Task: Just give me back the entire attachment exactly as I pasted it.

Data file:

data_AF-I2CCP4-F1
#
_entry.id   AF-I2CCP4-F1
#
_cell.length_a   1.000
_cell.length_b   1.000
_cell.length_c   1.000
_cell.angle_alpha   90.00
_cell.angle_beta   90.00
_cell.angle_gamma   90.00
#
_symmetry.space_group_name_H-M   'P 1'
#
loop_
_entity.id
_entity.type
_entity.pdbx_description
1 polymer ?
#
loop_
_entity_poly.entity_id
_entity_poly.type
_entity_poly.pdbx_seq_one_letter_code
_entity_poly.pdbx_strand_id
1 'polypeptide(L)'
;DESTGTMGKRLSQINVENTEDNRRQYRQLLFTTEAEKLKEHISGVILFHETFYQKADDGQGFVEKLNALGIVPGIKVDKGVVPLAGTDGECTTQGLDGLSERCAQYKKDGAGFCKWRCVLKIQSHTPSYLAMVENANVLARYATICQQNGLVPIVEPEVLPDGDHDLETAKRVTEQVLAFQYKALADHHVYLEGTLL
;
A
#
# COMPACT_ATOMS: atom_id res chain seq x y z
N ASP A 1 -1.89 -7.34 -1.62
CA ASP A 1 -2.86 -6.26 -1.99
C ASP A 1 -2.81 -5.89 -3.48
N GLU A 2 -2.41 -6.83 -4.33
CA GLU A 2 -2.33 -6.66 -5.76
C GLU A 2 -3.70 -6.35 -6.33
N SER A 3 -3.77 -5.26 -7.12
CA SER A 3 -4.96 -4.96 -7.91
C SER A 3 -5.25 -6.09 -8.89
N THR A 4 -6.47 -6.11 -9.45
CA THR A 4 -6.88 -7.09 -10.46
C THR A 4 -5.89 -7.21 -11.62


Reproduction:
data_AF-I2CCP4-F1
#
_entry.id   AF-I2CCP4-F1
#
_cell.length_a   1.000
_cell.length_b   1.000
_cell.length_c   1.000
_cell.angle_alpha   90.00
_cell.angle_beta   90.00
_cell.angle_gamma   90.00
#
_symmetry.space_group_name_H-M   'P 1'
#
loop_
_entity.id
_entity.type
_entity.pdbx_description
1 polymer ?
#
loop_
_entity_poly.entity_id
_entity_poly.type
_entity_poly.pdbx_seq_one_letter_code
_entity_poly.pdbx_strand_id
1 'polypeptide(L)'
;DESTGTMGKRLSQINVENTEDNRRQYRQLLFTTEAEKLKEHISGVILFHETFYQKADDGQGFVEKLNALGIVPGIKVDKGVVPLAGTDGECTTQGLDGLSERCAQYKKDGAGFCKWRCVLKIQSHTPSYLAMVENANVLARYATICQQNGLVPIVEPEVLPDGDHDLETAKRVTEQVLAFQYKALADHHVYLEGTLL
;
A
#
# COMPACT_ATOMS: atom_id res chain seq x y z
N ASP A 1 -1.89 -7.34 -1.62
CA ASP A 1 -2.86 -6.26 -1.99
C ASP A 1 -2.81 -5.89 -3.48
N GLU A 2 -2.41 -6.83 -4.33
CA GLU A 2 -2.33 -6.66 -5.76
C GLU A 2 -3.70 -6.35 -6.33
N SER A 3 -3.77 -5.26 -7.12
CA SER A 3 -4.96 -4.96 -7.91
C SER A 3 -5.25 -6.09 -8.89
N THR A 4 -6.47 -6.11 -9.45
CA THR A 4 -6.88 -7.09 -10.46
C THR A 4 -5.89 -7.21 -11.62